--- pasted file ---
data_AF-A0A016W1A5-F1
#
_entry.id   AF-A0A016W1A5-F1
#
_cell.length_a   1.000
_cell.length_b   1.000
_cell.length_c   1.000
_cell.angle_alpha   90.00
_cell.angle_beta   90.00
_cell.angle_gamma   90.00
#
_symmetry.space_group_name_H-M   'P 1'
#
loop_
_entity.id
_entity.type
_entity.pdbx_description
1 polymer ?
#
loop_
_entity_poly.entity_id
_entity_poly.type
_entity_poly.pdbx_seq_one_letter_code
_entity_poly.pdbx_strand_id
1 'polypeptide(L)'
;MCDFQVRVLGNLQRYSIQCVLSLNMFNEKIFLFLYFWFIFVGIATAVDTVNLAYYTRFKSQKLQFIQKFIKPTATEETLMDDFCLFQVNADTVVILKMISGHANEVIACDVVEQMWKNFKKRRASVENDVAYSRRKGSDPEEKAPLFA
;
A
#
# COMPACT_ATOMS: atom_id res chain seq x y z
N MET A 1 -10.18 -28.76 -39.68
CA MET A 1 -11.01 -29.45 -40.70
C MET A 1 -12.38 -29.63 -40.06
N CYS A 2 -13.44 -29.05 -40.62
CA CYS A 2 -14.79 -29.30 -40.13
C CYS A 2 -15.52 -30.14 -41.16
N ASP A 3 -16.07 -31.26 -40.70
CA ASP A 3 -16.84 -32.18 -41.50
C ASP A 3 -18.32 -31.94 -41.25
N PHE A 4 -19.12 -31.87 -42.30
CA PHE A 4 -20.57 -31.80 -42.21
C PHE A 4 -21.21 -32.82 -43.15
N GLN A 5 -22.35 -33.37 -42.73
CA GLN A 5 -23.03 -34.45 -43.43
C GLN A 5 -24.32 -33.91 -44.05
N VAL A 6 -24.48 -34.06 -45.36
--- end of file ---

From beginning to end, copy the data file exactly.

data_AF-A0A016W1A5-F1
#
_entry.id   AF-A0A016W1A5-F1
#
_cell.length_a   1.000
_cell.length_b   1.000
_cell.length_c   1.000
_cell.angle_alpha   90.00
_cell.angle_beta   90.00
_cell.angle_gamma   90.00
#
_symmetry.space_group_name_H-M   'P 1'
#
loop_
_entity.id
_entity.type
_entity.pdbx_description
1 polymer ?
#
loop_
_entity_poly.entity_id
_entity_poly.type
_entity_poly.pdbx_seq_one_letter_code
_entity_poly.pdbx_strand_id
1 'polypeptide(L)'
;MCDFQVRVLGNLQRYSIQCVLSLNMFNEKIFLFLYFWFIFVGIATAVDTVNLAYYTRFKSQKLQFIQKFIKPTATEETLMDDFCLFQVNADTVVILKMISGHANEVIACDVVEQMWKNFKKRRASVENDVAYSRRKGSDPEEKAPLFA
;
A
#
# COMPACT_ATOMS: atom_id res chain seq x y z
N MET A 1 -10.18 -28.76 -39.68
CA MET A 1 -11.01 -29.45 -40.70
C MET A 1 -12.38 -29.63 -40.06
N CYS A 2 -13.44 -29.05 -40.62
CA CYS A 2 -14.79 -29.30 -40.13
C CYS A 2 -15.52 -30.14 -41.16
N ASP A 3 -16.07 -31.26 -40.70
CA ASP A 3 -16.84 -32.18 -41.50
C ASP A 3 -18.32 -31.94 -41.25
N PHE A 4 -19.12 -31.87 -42.30
CA PHE A 4 -20.57 -31.80 -42.21
C PHE A 4 -21.21 -32.82 -43.15
N GLN A 5 -22.35 -33.37 -42.73
CA GLN A 5 -23.03 -34.45 -43.43
C GLN A 5 -24.32 -33.91 -44.05
N VAL A 6 -24.48 -34.06 -45.36